Posted on April 15, 2012, in Bogus!, House Party!. Bookmark the permalink. 6 Comments.

  1. This one sounds really interesting, as are most of the mysterious illnesses on House. Recent head trauma seems like it would be too simple for a House episode so I can only imagine where this symptom will lead us.

    • Updated on Tuesday morning; I had to break out a diagnosis of “BOGUS” for this one, but mainly because I do not yet have a “LAZY” tag to put on episodes.

      I think that re-using diagnoses is a symptom that the show has perhaps run its course, so it’s probably a good thing that it is winding up at the end of this season.

      • Two cases in a six year period is too frequent for this infection? House could never run its course its a classic!! Nowhere else will you find a cynical yet funny as hell, pill popping genius of a doctor making rare medical diagnoses! This show breaks tons of rules on all kinds of different levels which is why its so great. Every show is like a medical mystery puzzle with some funny comedy thrown in for good measure. The producers were banking on no one remembering a diagnosis that was shown almost a decade ago…

        • Some BIO230 stats for you: as of today (April 18, 2012) there have been 241 postings over the past 18 months, or roughly 1 post every two to three days. In that time, I have tagged something as “Bogus” a total of ten times, and in several of those the topics were specifically chosen for amusement value, or to make a scientific point. However, in 38 episodes of House that I’ve stuck up a post on, I found out this morning that I tagged that episode as “Bogus” a total of SIX times, for an average of about 16% of the time. Why did I call it “Bogus?” A number of reasons, and I think that I had a good argument with this episode. The writers have traditionally prided themselves on the ultimate plausibility of the medical condition on each episode, and while I won’t deny that Nagleria infection wouldn’t be possible, it certainly isn’t likely particularly twice in a geographical region (New Jersey) that doesn’t have outbreaks to begin with.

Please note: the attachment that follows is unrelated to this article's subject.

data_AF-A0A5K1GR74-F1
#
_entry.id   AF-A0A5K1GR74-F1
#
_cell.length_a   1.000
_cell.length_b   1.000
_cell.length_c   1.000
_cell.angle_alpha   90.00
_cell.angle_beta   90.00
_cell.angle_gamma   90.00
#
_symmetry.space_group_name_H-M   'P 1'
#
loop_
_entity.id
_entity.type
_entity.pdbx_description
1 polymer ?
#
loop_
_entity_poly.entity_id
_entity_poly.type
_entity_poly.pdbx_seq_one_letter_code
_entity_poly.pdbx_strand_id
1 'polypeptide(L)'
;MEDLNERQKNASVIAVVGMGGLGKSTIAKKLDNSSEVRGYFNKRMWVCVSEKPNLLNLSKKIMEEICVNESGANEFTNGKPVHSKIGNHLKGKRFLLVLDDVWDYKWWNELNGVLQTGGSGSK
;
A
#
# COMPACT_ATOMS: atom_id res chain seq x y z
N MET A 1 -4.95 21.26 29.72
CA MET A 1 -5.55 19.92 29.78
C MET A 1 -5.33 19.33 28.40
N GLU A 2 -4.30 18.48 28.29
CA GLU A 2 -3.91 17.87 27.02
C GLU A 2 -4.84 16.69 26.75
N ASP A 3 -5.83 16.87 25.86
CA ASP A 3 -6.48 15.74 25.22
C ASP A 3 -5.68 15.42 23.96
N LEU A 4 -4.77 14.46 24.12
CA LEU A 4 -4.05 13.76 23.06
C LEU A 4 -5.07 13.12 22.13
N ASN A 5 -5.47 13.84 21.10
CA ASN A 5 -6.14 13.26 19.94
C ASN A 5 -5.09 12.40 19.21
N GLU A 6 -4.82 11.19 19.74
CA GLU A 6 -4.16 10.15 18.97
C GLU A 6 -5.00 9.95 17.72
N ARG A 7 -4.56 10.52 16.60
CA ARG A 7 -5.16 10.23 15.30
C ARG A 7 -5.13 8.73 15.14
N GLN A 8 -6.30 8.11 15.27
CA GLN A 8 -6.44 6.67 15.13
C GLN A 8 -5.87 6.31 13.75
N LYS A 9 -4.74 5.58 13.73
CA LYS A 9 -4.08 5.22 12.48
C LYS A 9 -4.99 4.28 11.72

I actually really liked the first episode that featured this diagnosis, and whenever I have a semester in BIO230 where I can discuss protozoan diseases, I like to illustrate Nagleria with that episode. In this episode, the rationale seemed completely forced, and according to the CDC website and the NIH website, not scientifically valid.

  2. What’s the purpose for the title of the episode…what do eggs have to do w anything??

    • It was a throw away line early on in the episode. House was interviewing a candidate for the role of “companion,” and she said that she liked Annie Hall, however she couldn’t come up with a reason except that it was the most popular of Woody Allen’s movies. Unacceptable for House, who said that she should have come up with something, anything with a prompt that big, including “but I needed the eggs.” This is the punchline to an old Woody Allen routine:

      A man goes to a psychiatrist and says, “Doc, my brother’s crazy, he thinks he’s a chicken.” The doctor says, “Why don’t you turn him in?” The guy says, “We would. But we need the eggs.”